A portion of the funds raised at the concert will support Roswell’s young adult program, as well as another program close to Fronckowiak’s heart: Angel Flight South Central, which currently flies her to and from treatment in Houston. “The treatment center is about a four-hour drive for me, and I have a visual impairment, so I can’t drive,” she told the OBSERVER. “ Angel Flight will pick me up in a tiny private plane at our military base’s small airport for free. Without them, I probably would not be here.”
Funds raised will also help defray the cost of Fronckowiak’s treatments, including medication copays, expensive tests, and therapies. While she is grateful to be employed and have health insurance, “So many things aren’t covered,” she explained. “For one of my medications, I have a $2,000 per month co-pay. I do have to stay in hotels, hire people to clean my apartment — there are lots of hidden costs.”
For young adults in particular, the cost of cancer treatment can be financially devastating. “I nearly went bankrupt at age 35, during the prime of my career,” she said. “I spent all my savings on cancer treatment and racked up serious debt. I had to stop paying my school loans for several years because of this debt, so those loans have been accruing more interest…the truth is, if you get cancer as a young adult, all of your expenses and financial decisions revolve around cancer treatment.”
Hamilton and many of her colleagues were eager to help put together a benefit concert for Fronckowiak. “She was one of my first students,” Hamilton told the OBSERVER. “I just remember her being so keen, hard working and wonderful to work with.”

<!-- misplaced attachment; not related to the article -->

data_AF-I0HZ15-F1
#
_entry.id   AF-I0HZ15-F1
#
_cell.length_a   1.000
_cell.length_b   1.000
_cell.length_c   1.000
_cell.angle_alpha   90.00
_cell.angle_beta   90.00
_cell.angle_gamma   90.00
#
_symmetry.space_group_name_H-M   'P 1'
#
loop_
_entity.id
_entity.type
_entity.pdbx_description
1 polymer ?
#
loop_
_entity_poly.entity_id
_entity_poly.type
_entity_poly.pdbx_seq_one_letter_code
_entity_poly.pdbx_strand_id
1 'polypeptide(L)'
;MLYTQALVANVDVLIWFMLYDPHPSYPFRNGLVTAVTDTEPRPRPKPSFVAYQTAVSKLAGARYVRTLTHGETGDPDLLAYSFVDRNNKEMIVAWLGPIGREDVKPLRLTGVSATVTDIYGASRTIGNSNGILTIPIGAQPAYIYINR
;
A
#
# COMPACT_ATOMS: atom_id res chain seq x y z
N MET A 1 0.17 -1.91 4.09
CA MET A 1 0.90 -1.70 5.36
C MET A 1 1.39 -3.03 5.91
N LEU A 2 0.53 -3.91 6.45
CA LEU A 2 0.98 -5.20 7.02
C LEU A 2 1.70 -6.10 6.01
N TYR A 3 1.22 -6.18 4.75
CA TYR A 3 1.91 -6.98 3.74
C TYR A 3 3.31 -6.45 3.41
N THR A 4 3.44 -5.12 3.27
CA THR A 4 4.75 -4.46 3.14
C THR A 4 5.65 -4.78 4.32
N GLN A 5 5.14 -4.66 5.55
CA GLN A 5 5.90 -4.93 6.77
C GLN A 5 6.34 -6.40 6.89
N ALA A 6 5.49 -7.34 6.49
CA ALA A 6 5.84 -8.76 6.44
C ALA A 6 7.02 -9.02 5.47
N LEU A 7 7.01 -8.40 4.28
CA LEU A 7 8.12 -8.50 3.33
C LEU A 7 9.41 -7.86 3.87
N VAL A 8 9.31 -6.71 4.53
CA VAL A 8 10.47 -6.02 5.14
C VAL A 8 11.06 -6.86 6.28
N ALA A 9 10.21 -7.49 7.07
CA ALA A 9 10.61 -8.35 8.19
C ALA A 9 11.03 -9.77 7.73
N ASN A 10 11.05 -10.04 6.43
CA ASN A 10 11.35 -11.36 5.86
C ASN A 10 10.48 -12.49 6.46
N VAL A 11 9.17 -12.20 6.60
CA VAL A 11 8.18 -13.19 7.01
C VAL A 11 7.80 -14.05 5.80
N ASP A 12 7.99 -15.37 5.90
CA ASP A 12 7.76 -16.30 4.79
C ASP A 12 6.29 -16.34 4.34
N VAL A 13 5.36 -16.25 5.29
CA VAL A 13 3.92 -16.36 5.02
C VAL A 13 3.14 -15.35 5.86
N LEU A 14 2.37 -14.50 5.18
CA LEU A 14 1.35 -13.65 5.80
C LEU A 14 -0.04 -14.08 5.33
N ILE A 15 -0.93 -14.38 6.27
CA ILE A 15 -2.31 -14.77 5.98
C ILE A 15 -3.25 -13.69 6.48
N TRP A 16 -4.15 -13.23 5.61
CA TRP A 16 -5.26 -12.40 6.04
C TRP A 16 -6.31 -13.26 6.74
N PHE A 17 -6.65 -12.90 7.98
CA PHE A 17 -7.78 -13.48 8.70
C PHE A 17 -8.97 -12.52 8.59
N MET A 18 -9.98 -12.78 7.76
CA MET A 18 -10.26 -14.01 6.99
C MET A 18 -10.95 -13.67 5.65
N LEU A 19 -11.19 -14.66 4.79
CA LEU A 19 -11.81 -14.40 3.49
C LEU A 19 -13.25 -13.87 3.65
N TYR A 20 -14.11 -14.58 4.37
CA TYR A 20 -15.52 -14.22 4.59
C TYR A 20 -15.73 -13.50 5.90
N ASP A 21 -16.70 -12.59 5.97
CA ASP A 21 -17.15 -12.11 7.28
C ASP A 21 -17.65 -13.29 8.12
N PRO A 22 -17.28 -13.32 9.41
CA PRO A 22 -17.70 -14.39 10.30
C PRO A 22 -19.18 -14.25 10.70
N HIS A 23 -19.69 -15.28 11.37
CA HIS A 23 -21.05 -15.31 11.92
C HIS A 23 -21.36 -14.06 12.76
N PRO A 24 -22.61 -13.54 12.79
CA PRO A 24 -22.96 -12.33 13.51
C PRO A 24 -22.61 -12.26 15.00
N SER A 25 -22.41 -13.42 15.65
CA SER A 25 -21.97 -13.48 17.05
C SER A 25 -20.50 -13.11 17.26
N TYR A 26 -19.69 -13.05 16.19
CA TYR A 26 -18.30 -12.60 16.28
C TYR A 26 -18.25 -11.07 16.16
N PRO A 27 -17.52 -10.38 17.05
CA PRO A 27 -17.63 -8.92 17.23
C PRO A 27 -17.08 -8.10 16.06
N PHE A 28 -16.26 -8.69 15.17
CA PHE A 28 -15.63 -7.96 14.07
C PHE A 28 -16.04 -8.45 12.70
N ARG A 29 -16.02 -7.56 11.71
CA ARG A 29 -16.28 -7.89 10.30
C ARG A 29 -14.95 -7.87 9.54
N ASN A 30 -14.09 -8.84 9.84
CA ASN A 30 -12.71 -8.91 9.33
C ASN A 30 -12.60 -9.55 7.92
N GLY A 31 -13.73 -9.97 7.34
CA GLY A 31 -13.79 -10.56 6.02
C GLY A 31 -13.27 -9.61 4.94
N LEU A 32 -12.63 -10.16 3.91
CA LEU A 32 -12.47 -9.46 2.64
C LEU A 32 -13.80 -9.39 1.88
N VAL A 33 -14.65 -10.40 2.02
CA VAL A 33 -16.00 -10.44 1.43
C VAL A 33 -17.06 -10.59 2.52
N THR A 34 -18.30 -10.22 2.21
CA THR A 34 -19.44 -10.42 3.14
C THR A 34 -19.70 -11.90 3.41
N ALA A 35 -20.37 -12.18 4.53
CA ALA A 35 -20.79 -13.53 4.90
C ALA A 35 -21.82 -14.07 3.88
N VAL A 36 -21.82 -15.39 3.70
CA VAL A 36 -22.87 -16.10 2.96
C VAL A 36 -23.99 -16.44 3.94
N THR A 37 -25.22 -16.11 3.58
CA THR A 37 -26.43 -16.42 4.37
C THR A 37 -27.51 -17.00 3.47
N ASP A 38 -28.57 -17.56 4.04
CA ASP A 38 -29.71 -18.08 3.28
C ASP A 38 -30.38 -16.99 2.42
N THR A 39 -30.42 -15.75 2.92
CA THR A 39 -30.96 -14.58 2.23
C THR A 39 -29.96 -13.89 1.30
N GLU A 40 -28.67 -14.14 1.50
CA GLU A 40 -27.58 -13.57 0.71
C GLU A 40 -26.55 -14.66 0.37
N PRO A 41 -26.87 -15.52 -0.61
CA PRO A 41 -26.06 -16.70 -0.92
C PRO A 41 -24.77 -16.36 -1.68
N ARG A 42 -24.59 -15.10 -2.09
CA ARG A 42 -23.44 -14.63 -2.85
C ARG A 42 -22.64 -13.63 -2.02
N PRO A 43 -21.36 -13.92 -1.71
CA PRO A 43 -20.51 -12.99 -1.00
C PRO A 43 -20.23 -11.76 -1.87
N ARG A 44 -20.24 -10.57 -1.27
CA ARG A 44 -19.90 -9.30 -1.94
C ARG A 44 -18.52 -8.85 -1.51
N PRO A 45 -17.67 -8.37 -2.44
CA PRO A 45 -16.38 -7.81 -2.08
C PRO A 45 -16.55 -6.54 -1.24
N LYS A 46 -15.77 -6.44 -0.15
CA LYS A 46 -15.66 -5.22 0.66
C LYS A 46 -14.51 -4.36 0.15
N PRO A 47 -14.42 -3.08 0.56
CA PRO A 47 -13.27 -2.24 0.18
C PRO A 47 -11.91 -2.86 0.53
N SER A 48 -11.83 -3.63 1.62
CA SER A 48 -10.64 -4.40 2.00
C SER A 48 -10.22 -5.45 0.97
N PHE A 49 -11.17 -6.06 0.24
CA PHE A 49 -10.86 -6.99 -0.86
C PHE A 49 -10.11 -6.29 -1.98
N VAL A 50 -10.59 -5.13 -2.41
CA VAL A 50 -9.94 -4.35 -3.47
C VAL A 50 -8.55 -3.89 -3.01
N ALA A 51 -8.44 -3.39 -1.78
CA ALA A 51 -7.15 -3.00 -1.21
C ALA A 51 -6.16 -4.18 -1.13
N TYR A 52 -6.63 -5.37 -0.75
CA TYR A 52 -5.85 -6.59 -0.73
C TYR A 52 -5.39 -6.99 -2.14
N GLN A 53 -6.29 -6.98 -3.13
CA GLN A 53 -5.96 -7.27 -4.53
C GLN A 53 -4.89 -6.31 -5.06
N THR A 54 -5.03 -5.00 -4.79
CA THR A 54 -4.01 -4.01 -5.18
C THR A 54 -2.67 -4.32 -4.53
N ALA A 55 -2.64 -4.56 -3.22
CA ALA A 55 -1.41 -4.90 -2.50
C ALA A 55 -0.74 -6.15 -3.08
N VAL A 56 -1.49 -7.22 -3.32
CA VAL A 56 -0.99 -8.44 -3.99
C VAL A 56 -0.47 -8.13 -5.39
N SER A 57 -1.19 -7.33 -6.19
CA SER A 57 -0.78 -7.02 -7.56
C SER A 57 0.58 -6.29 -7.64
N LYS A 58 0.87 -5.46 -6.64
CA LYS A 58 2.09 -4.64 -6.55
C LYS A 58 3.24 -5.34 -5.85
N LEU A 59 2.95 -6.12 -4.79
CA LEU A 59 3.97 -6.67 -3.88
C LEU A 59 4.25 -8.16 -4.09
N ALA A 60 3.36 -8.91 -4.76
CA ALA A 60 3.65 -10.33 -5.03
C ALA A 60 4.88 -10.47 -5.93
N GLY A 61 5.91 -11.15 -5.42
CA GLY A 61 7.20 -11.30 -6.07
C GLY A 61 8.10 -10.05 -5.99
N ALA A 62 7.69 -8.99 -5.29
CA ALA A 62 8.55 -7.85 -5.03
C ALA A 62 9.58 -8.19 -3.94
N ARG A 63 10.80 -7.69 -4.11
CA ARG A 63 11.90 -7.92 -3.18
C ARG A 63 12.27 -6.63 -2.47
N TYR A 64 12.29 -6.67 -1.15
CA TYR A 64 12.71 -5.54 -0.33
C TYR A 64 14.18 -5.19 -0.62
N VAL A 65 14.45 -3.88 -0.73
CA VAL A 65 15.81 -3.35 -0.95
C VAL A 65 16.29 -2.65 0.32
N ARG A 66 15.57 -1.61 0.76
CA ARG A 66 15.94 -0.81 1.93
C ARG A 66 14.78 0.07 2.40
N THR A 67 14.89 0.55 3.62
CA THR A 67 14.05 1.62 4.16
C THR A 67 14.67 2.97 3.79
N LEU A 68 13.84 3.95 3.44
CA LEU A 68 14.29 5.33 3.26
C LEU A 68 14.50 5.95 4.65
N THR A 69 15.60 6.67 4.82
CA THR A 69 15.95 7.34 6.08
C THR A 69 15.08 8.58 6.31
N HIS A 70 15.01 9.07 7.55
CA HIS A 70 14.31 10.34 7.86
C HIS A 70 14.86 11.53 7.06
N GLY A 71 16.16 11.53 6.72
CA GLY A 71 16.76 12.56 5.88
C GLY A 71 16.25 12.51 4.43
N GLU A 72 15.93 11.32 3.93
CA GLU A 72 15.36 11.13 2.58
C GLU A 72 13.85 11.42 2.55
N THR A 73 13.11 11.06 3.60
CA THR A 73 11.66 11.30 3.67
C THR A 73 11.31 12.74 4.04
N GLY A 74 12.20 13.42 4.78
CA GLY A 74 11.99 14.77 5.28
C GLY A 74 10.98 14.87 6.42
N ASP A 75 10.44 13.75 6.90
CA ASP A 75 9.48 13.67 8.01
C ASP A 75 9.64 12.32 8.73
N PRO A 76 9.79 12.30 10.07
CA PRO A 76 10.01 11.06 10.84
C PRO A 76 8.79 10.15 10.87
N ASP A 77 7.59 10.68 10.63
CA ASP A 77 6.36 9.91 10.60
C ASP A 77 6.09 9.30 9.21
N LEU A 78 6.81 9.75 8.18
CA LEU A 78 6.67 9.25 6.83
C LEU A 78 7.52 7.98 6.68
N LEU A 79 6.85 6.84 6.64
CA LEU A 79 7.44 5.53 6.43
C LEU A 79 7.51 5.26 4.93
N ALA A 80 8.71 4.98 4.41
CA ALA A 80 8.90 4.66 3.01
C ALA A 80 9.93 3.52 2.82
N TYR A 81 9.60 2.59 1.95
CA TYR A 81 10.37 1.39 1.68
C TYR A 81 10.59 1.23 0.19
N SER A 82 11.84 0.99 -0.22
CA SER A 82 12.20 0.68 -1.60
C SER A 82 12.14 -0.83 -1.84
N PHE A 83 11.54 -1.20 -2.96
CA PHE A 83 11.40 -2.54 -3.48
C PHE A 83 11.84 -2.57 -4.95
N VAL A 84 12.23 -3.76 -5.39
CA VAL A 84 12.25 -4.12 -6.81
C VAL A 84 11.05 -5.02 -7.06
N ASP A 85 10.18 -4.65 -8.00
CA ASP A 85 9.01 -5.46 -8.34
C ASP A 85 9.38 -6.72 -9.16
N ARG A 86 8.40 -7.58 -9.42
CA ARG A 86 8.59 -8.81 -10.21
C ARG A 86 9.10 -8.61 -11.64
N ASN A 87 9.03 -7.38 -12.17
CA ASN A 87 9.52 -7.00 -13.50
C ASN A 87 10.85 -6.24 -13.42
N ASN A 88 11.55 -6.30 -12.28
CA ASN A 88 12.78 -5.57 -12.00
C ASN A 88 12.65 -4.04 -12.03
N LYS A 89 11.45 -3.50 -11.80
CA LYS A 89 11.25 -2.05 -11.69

She noted that many faculty members have fond members of Fronckowiak, both as a student and a colleague. “I feel like she’s been a part of Fredonia, one way or another, for quite a long time, and she still stays in contact with faculty personally and professionally. That’s why so many people are so moved to participate in this event.”
Friday’s concert will consist of multiple solo pieces by Fredonia students, faculty, alumni, friends and former classmates of Fronckowiak. “When I started talking to people about this, everyone was excited,” said Hamilton. “I’ve not had trouble filling the concert. In a way, I’ve had to turn people away.”
The concert will include multiple speakers, vocalists, a video presentation, and an original piece composed and directed by SUNY Fredonia alumnus Bradley Meholick. Many musicians are driving from near and far to participate.
Performers include School of Music faculty Sarah Hamilton, Barry Crawford, Kay Stonefelt, Laura Koepke, James Piorkowski, Jannis Peterson, and Marc Guy. The program will also feature Anna Mattix from the Buffalo Philharmonic, Robyn Costa of the Dayton Philharmonic, Joann Lamolino a member of the Hawaii Symphony, and Carly Johnson, chair of music at Alabama State University. Fredonia alumni Janice Pylinski, April Hartung, Bill Cocca, John Iocco, Cory Grant, Sarah Lapaglia, Megan Blake, Mona Lungerhausen, Susan Gierthy, and Lydia Herren will share the stage with Ann’s cousin, Kate Wipij, and her former student, Flor Cruz.
According to Hamilton, the program will feature a variety of musical genres and styles and can be viewed anywhere via Fredonia’s livestream at https://www.youtube.com/channel/UCMJzXzz5rfRMsaWQOE5LJbA. Fronckowiak will be unable to attend the concert, as she is in active treatment; however, she is looking forward to watching it in her home on Friday.
“For me, this concert just demonstrates, in a really tangible way, the effect that Ann has had on so many people,” Hamilton told the OBSERVER. “Some of us know each other, but many of us don’t. She’s bringing together all of these different people from her life that share the common bond of music, but otherwise, we share Ann, really. I think that’s pretty amazing that she can inspire that kind of energy.”